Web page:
After an agonizing long time of silence, Bennett heard Fischl talked in a very small voice, "Why are you so persistent to hold a conversation with me?"
Bennett whirled his head. Fischl was facing the opposite way, but Bennett was sure she was talking to him.
"Why? I couldn't?"
Another long pause before her voice was heard again, "I'm a freak.”
Bennett frowned upon hearing that unexpected remark coming from her. "Who said that?"
"...No, not yet."
"Everyone who knows me says that. Do they think I don't know when they talked trash behind me? Saying my speech is that equivalent to a freak and they only befriended me because of my parents’ money. And when I refused to treat them, they started to call me names. And what did my parents say? ‘You never bring any friend home, you must be lonely’? On what basis can they talk like that when they're never home? Such pretense. And they transferred me here for what? So I can go through life full of ridicules all over again now? I have enough—”
Fischl's voice gradually diminished as she choked at the end of the longest speech Bennett had heard her. She buried her face to her knee, her shoulder shook slightly. Bennett stayed silent the whole time. He didn’t know what to say to a crying girl, especially not to her after all that outburst. Instinctually, he reached out his hand and gently patted her back. Once, twice, thrice.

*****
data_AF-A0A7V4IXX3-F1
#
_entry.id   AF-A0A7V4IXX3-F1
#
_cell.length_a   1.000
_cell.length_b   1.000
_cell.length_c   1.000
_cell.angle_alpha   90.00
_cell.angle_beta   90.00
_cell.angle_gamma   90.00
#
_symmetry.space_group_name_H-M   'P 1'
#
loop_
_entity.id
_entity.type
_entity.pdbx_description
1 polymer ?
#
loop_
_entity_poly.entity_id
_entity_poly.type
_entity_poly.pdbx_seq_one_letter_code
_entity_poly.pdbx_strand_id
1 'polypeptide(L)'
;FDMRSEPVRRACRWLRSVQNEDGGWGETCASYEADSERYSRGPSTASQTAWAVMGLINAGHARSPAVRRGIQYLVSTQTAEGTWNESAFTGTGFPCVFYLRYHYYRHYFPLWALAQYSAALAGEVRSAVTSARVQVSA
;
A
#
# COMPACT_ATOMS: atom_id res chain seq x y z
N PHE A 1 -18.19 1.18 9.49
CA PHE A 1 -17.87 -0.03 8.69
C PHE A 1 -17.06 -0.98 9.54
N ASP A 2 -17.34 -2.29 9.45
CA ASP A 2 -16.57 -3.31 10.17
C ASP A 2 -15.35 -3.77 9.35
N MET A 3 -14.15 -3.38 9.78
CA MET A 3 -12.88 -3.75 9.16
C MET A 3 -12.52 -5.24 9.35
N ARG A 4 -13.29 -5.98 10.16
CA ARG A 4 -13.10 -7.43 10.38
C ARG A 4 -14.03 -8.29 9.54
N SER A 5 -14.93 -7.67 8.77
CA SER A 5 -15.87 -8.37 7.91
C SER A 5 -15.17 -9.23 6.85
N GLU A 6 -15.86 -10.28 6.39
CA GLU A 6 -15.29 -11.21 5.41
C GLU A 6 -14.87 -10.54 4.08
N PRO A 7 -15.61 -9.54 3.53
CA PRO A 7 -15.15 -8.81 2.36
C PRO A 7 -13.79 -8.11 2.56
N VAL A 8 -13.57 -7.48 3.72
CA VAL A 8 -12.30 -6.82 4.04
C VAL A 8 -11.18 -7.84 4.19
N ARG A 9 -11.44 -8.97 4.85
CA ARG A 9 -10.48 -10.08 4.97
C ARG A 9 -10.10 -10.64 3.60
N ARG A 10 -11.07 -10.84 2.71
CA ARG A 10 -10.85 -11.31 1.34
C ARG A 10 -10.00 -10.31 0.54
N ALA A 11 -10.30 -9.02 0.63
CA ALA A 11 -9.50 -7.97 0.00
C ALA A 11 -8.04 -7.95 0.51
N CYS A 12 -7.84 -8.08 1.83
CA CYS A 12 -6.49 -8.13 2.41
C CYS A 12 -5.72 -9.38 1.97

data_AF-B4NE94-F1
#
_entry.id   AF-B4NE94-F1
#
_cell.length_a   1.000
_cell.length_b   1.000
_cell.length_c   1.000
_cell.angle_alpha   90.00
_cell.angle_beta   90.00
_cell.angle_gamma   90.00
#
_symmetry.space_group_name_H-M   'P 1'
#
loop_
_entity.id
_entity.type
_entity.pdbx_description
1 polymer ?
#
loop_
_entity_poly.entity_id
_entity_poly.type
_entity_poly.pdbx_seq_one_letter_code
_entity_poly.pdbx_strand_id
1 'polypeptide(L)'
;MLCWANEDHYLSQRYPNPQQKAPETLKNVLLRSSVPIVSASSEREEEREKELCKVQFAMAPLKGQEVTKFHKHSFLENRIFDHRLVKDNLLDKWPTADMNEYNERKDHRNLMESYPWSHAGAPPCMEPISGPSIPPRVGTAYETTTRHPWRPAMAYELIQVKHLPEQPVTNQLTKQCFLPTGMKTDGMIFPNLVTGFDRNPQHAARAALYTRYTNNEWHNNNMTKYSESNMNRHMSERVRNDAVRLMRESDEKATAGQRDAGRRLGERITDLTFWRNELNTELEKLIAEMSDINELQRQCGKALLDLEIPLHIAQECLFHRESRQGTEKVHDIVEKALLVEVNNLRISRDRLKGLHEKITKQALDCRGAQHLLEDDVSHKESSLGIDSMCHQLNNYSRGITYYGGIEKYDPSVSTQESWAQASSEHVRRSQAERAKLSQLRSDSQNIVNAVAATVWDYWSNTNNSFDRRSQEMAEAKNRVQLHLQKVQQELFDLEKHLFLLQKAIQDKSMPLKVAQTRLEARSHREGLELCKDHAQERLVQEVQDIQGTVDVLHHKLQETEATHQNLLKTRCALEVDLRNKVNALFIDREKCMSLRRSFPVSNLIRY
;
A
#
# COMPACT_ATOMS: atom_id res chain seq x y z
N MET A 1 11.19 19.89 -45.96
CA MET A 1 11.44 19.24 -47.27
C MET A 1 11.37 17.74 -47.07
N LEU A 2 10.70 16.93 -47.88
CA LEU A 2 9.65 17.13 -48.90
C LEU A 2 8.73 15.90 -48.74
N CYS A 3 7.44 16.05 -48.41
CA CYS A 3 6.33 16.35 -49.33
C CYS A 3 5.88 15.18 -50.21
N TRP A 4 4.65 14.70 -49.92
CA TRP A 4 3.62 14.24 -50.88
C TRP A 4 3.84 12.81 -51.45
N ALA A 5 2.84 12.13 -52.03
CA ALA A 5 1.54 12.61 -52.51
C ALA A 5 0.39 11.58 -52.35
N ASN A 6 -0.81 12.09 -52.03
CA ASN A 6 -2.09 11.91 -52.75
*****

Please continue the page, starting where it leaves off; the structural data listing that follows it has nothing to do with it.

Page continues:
After some time, Fischl seemed to have stopped crying. "You can leave now. If you’re here because the teacher is asking me, I shall go back after this. Don’t worry.”
"No, nobody asked me to. I'll be here and we can go back to class together," said Bennett.
Fischl felt it was not his usual boisterous tone of talking. It sounded, strangely warm.
“...You’re not gonna avoid me?”
“Why? Oh, because you’re a Prinzessin der Verurteilung? It’s cool actually. Are you really from the royalty family?” Bennett asked, enthusiasm was apparent in his voice.
Fischl looked at Bennet in the same disbelief stare for the umpteenth times. Her eyes must looked puffy and horrible, but she didn’t care.
“You know what, Bennett? You are indeed the first. I think I like you.” she chuckled and smiled.
It's just a small raise of her lips, but Bennett felt that his chest squeezed hard it hurt him. No, it's different from the pain he knew all this time. It still hurt. But, strangely, he didn't mind it.